The car utility apron 1 is designed to fit around the standard automobile 2 shown on FIG. 1. As is generally the case with most automobiles, the hood 3 may be raised to gain access to the engine compartment 4. The apron is divided up into three main parts, being the front of the apron 5 which has an upper half composed of webbing 6 and two opposite sides 7 and 7'. Each of the sides of the apron has a number of pockets 8. These pockets come in various sizes and shapes in order to accommodate different types of tools. The pockets shown and described on FIG. 2 are meant as an illustration only and not as a limitation as to the precise location and size of the pockets.
The car utility apron 1 is placed about the car as best shown in FIG. 1. The pockets are positioned so that they face outwardly from the engine compartment on the outside of the car. The car utility apron may be conveniently fastened in place about the engine compartment when work is being done on the car by means of a number of hooks 9 which are placed at the top and bottom edges of the apron. An elasticized band 14 along the lower edge of the apron helps keep it in place.
In addition to the pockets, a number of tool slots 10 are also placed on the apron so that tools may be temporarily set in place on the apron while not being of immediate use.
In order to avoid bulky and sometimes abrasive air hoses and nozzles and electrical cords from being draped over the sides of the car, air hose and electrical cord connection positions are also made a part of the car utility apron. As shown on FIGS. 2 and 3, an air hose connection 11 is made in the outer end of the left side of the auto apron so that an air hose may be connected near the ground. The other outlet for the air hose 11' is conveniently placed inside the engine compartment. In the end of the opposite side of the auto apron at its edge is an electrical cord connection 12. This electrical cord connection has its outlet at the top of the auto apron and inside the engine compartment. Its function and method of placement inside the auto apron is identical to that of the air hose.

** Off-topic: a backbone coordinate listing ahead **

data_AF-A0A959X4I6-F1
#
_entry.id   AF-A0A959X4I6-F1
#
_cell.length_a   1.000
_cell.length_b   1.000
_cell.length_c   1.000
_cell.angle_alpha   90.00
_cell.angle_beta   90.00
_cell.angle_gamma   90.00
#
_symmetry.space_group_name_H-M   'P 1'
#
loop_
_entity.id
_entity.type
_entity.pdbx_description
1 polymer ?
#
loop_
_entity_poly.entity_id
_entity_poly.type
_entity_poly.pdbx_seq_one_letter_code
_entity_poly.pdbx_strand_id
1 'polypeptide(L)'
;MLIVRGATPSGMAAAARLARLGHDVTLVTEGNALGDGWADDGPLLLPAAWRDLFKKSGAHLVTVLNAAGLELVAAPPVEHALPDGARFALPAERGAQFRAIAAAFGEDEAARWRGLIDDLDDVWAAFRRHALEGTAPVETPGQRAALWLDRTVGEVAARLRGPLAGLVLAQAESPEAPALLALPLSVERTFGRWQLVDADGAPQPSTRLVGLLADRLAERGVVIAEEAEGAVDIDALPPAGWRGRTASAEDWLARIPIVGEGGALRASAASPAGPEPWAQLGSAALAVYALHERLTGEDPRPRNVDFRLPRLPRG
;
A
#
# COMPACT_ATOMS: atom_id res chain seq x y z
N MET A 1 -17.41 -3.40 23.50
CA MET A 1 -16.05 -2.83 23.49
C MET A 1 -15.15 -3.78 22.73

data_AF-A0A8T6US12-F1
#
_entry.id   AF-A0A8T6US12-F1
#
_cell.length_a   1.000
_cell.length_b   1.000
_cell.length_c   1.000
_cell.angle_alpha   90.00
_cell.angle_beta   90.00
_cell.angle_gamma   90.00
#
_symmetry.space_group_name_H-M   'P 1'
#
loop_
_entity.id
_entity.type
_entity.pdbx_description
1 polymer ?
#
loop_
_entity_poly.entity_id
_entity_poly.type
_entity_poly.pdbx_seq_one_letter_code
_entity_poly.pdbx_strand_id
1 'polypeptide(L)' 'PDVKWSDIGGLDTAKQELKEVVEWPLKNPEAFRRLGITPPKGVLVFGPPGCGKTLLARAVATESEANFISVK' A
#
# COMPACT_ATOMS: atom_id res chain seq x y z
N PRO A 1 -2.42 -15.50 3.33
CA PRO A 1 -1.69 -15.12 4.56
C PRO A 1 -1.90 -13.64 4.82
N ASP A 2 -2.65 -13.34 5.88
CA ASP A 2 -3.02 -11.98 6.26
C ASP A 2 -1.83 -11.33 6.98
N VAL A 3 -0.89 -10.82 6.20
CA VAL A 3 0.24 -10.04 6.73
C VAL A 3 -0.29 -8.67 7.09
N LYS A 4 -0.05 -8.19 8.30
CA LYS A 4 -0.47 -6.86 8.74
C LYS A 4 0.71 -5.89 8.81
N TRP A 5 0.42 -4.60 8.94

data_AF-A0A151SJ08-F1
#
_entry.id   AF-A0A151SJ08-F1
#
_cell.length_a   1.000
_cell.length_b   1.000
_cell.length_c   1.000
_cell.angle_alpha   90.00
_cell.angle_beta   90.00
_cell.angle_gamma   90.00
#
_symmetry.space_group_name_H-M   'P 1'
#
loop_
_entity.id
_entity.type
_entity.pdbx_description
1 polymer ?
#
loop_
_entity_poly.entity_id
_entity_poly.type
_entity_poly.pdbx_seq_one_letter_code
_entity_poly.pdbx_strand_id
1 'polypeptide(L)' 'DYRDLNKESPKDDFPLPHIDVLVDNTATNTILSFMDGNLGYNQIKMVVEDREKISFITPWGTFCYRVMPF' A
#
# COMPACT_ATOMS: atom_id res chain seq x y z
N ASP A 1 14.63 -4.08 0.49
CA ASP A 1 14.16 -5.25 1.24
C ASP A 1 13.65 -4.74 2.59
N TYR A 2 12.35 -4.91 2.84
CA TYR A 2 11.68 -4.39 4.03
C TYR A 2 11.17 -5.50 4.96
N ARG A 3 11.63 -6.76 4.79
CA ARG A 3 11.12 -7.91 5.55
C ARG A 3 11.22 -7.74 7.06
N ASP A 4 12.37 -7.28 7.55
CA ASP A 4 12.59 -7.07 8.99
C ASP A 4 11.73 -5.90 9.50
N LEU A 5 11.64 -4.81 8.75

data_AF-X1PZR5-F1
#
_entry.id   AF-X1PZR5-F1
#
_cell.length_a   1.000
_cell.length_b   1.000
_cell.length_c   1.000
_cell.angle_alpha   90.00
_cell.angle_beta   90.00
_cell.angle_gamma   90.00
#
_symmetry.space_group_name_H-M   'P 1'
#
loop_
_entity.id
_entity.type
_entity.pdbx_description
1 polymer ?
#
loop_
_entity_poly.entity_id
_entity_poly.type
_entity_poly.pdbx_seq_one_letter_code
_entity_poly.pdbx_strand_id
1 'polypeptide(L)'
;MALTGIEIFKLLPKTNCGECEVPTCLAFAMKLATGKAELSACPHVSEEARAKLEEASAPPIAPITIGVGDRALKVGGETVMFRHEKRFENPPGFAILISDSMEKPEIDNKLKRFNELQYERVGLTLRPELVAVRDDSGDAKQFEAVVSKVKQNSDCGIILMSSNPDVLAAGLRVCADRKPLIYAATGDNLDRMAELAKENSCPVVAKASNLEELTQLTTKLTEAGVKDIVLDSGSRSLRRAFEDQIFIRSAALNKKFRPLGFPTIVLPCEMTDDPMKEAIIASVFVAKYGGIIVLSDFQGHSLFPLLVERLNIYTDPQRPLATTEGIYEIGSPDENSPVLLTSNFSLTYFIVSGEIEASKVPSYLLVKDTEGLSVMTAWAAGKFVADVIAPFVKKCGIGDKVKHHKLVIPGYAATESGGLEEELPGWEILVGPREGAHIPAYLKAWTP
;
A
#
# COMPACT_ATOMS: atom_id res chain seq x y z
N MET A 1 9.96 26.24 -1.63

Turning to FIG. 3, it can be seen that the inner portion of the auto apron has a soft inner flap 13 which folds up or down depending on the application of the particular vehicle.
The car utility apron is form-fitted to the car and attaches with hooks or other means of attachment such as VELCRO strips or tie-ons so as to give maximum protection to the cars and also to make access to a mechanic's tools easier and more efficient. The apron itself may be made of any type of sturdy yet flexible material, with soft, flexible vinyl being preferred. The backside of the material nearest the car is made of a soft substance so as to prevent the car finish from being scratched when the car utility apron is attached to the vehicle. The apron is filled with pockets to hold the tools and accessories and has the above described air hose and electrical outlet connections for easy attachment of these power sources through the apron and hence to the engine compartment. The exact arrangement and number of pockets as well as the type of material and fastening mechanism is meant here as a means of illustration only and not as a limitation.
Once the mechanic is finished with the car utility apron, it is a simple matter to fold the sides on themselves and to either roll the entire apron or fold it into a small and easily transportable size.
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|U.S. Classification||280/770, 206/373, 428/100, 280/850, 428/31, 296/136.02, 150/166|
|Cooperative Classification||B60R11/06, Y10T428/24017|
|Oct 29, 1996||REMI||Maintenance fee reminder mailed|
|Jun 3, 1997||FP||Expired due to failure to pay maintenance fee|
Effective date: 19970326
|Mar 17, 1999||SULP||Surcharge for late payment|
|Aug 3, 1999||PRDP||Patent reinstated due to the acceptance of a late maintenance fee|
Effective date: 19990702
|Oct 17, 2000||REMI||Maintenance fee reminder mailed|
|Mar 25, 2001||LAPS||Lapse for failure to pay maintenance fees|
|May 29, 2001||FP||Expired due to failure to pay maintenance fee|
Effective date: 20010323